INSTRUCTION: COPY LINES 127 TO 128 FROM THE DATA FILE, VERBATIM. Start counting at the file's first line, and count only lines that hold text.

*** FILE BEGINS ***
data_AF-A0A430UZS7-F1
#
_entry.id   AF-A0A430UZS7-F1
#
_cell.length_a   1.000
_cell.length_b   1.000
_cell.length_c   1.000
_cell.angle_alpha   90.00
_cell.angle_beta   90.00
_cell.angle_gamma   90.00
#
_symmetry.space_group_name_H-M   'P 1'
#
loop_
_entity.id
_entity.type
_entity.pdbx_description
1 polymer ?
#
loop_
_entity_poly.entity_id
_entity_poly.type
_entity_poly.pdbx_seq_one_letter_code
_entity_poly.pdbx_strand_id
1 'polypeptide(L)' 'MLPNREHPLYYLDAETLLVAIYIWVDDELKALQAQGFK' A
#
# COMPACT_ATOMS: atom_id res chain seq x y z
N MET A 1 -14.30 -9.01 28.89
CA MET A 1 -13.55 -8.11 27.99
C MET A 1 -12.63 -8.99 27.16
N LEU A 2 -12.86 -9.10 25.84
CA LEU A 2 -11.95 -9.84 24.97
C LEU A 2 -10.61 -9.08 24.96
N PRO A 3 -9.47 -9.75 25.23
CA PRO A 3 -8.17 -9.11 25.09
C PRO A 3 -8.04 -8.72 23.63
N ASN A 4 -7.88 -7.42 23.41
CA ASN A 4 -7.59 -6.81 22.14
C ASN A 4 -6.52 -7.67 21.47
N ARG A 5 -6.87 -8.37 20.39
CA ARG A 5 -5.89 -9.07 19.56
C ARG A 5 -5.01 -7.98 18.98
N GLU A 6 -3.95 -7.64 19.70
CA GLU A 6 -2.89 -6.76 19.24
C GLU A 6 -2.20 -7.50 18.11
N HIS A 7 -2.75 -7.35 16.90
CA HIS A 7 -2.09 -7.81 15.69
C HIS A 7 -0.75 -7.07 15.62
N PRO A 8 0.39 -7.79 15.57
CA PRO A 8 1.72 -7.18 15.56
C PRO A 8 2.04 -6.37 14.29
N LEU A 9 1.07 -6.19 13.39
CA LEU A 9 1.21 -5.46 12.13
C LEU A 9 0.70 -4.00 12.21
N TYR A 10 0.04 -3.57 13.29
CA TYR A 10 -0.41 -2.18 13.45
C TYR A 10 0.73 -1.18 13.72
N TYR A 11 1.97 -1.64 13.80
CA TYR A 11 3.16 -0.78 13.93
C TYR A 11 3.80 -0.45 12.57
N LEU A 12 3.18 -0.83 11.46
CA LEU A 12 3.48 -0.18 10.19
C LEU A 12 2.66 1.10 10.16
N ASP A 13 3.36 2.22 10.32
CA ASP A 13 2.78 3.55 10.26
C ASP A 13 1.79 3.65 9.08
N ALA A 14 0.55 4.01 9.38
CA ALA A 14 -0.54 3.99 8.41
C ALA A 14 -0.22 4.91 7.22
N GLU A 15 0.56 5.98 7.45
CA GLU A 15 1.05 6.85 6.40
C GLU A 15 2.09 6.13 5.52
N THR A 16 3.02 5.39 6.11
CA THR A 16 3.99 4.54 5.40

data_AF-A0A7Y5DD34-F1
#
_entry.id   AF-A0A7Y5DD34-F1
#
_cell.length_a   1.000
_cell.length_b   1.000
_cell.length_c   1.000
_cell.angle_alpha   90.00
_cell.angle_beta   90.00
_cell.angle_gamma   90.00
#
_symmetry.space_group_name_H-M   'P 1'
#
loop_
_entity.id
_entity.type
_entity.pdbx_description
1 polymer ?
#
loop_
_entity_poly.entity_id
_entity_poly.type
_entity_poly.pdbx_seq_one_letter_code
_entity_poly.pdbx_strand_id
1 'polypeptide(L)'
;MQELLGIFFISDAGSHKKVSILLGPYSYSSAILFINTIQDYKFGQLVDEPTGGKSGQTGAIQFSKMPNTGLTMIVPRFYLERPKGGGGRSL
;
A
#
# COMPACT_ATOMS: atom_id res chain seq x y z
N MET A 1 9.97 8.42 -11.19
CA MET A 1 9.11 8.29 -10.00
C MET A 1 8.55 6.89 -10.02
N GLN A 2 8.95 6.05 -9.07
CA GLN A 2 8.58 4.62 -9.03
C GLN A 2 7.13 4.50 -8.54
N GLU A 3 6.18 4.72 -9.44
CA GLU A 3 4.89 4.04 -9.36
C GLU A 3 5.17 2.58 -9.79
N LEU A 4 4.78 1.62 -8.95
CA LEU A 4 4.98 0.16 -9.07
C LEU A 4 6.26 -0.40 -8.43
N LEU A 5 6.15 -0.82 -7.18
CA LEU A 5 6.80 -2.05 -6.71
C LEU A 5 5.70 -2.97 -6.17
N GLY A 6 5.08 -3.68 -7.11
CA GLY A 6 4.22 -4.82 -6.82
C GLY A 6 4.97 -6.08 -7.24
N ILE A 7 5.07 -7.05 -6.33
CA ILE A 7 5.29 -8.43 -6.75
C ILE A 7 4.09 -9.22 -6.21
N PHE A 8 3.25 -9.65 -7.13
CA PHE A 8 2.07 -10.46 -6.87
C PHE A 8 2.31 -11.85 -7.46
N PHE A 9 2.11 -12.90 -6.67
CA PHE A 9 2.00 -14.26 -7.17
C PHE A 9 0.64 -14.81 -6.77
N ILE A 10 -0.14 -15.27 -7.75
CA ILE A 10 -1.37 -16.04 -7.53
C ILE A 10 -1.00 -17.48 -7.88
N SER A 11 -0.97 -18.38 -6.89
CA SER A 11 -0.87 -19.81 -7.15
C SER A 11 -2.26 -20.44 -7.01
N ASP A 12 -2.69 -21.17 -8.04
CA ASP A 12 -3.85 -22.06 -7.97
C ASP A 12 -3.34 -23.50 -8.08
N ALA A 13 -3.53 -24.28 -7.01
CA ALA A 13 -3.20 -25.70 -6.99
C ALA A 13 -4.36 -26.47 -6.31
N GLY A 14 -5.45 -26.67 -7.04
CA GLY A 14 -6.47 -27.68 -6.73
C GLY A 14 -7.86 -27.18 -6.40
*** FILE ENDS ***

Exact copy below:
CA PHE A 8 2.07 -10.46 -6.87
C PHE A 8 2.31 -11.85 -7.46